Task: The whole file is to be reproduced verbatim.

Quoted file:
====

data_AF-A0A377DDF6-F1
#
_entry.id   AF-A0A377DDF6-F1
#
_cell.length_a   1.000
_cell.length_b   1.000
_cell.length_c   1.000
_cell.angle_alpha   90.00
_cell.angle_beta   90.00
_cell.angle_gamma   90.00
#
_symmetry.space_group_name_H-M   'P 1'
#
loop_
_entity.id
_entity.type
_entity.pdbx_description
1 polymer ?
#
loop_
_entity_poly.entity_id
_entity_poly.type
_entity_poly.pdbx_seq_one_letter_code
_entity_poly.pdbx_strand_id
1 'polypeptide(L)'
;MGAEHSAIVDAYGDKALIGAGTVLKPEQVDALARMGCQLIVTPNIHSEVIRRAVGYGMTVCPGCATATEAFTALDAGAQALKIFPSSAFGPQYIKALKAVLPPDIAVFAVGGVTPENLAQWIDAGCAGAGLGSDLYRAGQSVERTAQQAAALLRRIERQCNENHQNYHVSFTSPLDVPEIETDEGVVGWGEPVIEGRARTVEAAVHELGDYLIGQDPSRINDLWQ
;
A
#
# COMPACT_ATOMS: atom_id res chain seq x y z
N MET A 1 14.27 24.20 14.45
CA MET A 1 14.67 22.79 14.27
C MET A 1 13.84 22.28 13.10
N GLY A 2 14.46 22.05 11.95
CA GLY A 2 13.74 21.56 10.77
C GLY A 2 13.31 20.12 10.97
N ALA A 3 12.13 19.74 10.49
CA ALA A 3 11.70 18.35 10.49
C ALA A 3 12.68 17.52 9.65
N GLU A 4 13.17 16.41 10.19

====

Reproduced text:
data_AF-A0A377DDF6-F1
#
_entry.id   AF-A0A377DDF6-F1
#
_cell.length_a   1.000
_cell.length_b   1.000
_cell.length_c   1.000
_cell.angle_alpha   90.00
_cell.angle_beta   90.00
_cell.angle_gamma   90.00
#
_symmetry.space_group_name_H-M   'P 1'
#
loop_
_entity.id
_entity.type
_entity.pdbx_description
1 polymer ?
#
loop_
_entity_poly.entity_id
_entity_poly.type
_entity_poly.pdbx_seq_one_letter_code
_entity_poly.pdbx_strand_id
1 'polypeptide(L)'
;MGAEHSAIVDAYGDKALIGAGTVLKPEQVDALARMGCQLIVTPNIHSEVIRRAVGYGMTVCPGCATATEAFTALDAGAQALKIFPSSAFGPQYIKALKAVLPPDIAVFAVGGVTPENLAQWIDAGCAGAGLGSDLYRAGQSVERTAQQAAALLRRIERQCNENHQNYHVSFTSPLDVPEIETDEGVVGWGEPVIEGRARTVEAAVHELGDYLIGQDPSRINDLWQ
;
A
#
# COMPACT_ATOMS: atom_id res chain seq x y z
N MET A 1 14.27 24.20 14.45
CA MET A 1 14.67 22.79 14.27
C MET A 1 13.84 22.28 13.10
N GLY A 2 14.46 22.05 11.95
CA GLY A 2 13.74 21.56 10.77
C GLY A 2 13.31 20.12 10.97
N ALA A 3 12.13 19.74 10.49
CA ALA A 3 11.70 18.35 10.49
C ALA A 3 12.68 17.52 9.65
N GLU A 4 13.17 16.41 10.19